FILE PHOTO: U.S. President Joe Biden, Indian Prime Minister Narendra Modi and President of the European Union Ursula von der Leyen attend the G20 summit in New Delhi, India, September 9, 2023. REUTERS/Evelyn Hockstein/Pool/File Photo

NEW DELHI, Sept 11 (Reuters) – The Group of 20 major economies reached a hard-fought compromise over the war in Ukraine and papered over other key differences in a summit declaration at the weekend, presenting few concrete achievements in its core remit of responses to global financial issues.

Diplomats and analysts said the surprise consensus in the summit statement on the Russia-Ukraine conflict avoided a split in the group, and the inclusion of the African Union as a new member represented a victory for host India and for developing economies, but the rest was disappointing.

“The G20 has been at its best as a multilateral forum when it can forge consensus – not just on language, but on action – to deal with serious global issues, such as global financial crises,” said Michael Froman, president of the New York-based Council on Foreign Relations.

“Looking ahead, the focus should be on that, not on the statement per se,” said Froman, a former U.S. trade representative who has also worked as Washington’s G20 and G8 negotiator.

The summit declaration avoided condemning Russia for the war in Ukraine but highlighted the human suffering the conflict had caused and called on all states not to use force to grab territory.

Few had expected the G20 to reach a consensus on the document, let alone on the first afternoon of the two-day summit, as the group had failed to agree on a single communique at the 20 or so ministerial meetings this year due to the hardened stance on the war.

A failure to agree on a summit declaration would have signalled that the G20 was split, perhaps irrevocably, between the West on one side and China and Russia on the other, analysts said.

And with Beijing pushing to reshuffle the world order by expanding groupings such as BRICS and the Shanghai Cooperation Organisation, G20 could have ended up becoming irrelevant, they said.

DIFFICULT SUMMIT

G20 was set up as a platform of finance ministers and central bank governors in 1999 to counter the effects of the Asian financial crisis and the meeting was expanded to include leaders after the global financial crisis in 2008.

Its primary role of coordinating responses to economic issues – including global taxation and helping low-income nations manage their debt burden under the Common Framework in recent years – has been diluted because the need to seek a consensus has led to weak agreements, some analysts said.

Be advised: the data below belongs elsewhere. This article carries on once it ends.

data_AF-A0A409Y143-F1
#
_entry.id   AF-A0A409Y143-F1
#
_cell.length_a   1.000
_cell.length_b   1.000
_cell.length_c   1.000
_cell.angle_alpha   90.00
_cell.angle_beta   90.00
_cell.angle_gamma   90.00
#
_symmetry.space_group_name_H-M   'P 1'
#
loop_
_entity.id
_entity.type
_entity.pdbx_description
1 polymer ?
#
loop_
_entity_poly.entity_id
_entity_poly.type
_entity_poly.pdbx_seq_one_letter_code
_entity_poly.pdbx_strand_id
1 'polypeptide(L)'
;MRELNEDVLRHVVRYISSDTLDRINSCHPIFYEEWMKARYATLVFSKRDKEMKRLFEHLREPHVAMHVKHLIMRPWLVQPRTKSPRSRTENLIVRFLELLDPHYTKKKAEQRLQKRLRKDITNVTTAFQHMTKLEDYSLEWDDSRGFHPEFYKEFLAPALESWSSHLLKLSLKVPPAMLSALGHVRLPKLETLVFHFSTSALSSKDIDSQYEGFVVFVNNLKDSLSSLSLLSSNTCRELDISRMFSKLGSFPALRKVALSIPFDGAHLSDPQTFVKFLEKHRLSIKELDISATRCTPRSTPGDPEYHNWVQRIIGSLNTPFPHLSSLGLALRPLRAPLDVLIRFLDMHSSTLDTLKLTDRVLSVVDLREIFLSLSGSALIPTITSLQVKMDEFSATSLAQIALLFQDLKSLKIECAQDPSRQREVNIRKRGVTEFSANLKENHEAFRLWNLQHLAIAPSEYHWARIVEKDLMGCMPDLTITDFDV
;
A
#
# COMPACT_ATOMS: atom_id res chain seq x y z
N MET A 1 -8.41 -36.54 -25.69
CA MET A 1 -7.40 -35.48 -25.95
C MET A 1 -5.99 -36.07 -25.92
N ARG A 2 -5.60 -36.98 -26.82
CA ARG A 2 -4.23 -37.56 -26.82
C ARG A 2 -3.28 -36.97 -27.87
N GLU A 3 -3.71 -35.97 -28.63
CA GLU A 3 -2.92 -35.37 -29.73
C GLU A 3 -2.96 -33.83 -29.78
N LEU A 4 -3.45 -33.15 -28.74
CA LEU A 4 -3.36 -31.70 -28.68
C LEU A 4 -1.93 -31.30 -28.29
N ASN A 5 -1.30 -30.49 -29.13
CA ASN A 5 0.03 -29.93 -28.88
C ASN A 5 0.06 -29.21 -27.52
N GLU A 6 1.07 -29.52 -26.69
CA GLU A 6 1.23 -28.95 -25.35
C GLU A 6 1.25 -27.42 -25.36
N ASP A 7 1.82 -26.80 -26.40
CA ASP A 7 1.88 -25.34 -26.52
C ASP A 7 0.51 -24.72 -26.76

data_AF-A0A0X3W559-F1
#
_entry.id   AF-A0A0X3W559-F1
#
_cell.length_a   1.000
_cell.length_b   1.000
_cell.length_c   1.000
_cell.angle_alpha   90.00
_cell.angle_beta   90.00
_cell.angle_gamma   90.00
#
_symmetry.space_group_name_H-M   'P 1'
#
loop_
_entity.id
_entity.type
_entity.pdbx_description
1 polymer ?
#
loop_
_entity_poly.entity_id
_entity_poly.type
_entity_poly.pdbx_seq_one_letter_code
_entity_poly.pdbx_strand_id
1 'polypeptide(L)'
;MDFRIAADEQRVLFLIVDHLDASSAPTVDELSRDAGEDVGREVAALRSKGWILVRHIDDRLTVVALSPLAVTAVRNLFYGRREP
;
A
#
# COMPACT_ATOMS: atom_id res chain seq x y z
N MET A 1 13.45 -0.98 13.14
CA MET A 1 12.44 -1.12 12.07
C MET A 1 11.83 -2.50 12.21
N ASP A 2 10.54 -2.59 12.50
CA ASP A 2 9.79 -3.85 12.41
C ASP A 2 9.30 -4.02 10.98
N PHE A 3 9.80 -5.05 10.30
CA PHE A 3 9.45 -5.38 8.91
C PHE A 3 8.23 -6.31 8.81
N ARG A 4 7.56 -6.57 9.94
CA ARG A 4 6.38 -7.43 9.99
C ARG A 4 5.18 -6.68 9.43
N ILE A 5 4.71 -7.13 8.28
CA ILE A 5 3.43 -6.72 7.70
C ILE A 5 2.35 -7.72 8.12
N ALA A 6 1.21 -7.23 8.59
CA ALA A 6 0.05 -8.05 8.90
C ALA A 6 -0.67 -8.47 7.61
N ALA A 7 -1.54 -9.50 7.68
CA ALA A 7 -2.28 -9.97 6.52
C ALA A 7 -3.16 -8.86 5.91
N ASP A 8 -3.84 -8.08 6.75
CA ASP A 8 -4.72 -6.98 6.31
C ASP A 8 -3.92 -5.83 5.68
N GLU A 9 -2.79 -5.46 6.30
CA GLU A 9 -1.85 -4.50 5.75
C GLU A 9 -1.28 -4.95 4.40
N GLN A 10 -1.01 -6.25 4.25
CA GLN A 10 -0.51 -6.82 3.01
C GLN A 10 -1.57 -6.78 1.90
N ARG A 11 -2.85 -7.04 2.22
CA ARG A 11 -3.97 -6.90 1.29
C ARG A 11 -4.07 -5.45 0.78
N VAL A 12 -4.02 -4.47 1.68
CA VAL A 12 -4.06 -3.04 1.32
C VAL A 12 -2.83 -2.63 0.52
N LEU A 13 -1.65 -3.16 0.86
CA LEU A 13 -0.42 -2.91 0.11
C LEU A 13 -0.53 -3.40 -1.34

This year, resolving differences on the Ukraine war and other issues took up a lengthy 25 days of negotiations, including in the week leading up to the summit, Svetlana Lukash, the Russian G20 sherpa, or government negotiator, was quoted as saying by Russian news agency Interfax.

“This was one of the most difficult G20 summits in the almost twenty-year history of the forum,” Lukash said.

The G20 process requires consensus on all decisions which means it will pursue the “lowest common denominator”, said Patryk Kugiel, a senior analyst at the Polish Institute of International Affairs in Warsaw.

“Therefore, we do not have any concrete and substantial decisions, commitments, pledges from G20 on any of the pressing global challenges, from climate change to debt,” Kugiel added. “It makes the forum ineffective, even useless.”

At the New Delhi gathering, the leaders agreed to pursue tripling renewable energy capacity globally by 2030 and accepted the need to phase-down unabated coal power.

However, they set no timetable and said the use of coal had to be wound down in line with national circumstances.

Coal, which is being phased out of the power system in many industrialised nations, is still a vital fuel in many developing economies and may remain so for decades to come.

The meeting also agreed to address debt vulnerabilities of poor countries and strengthen and reform multilateral development banks, but without setting any concrete goals.

There was also no progress on getting Russia to return to the Black Sea initiative although the declaration called for the safe flow of grain, food and fertiliser from both Ukraine and Russia.

FEAR OF DIVISION, DISAPPOINTMENT

For most major G20 members though, the summit declaration appeared to be a major gain since it reached a consensus on acceptable language to refer to the war in Ukraine.

Foreign Minister Sergei Lavrov, who represented Russia at the summit in place of the absent President Vladimir Putin, said India’s presidency, “probably for the first time during the entire G20 existence, has truly consolidated G20 participants from the Global South”.

Diplomats have said negotiators from India, Indonesia, Brazil and South Africa drove the consensus in the summit document.

The U.S., Germany and Britain all lauded the declaration.

There was no official word from China but its state-run news agency Xinhua, without referring to the declaration, said in a commentary on Saturday that G20 could still be made to work.

China’s presence was muted at the meeting with President Xi Jinping staying away and Beijing represented by Premier Li Qiang, who took his post in March this year.

A French official who was present at the summit said “G20 actually remains a club that’s capable of forging consensus between north and south and east and west”.

Despite the lack of concrete progress, Harsh Vardhan Shringla, India’s chief G20 coordinator, said the meeting did take the group forward.

“The concerns of the developing world are so great that if you failed … they would have to face much greater issues of division and, I would say, even disappointment,” he told Reuters.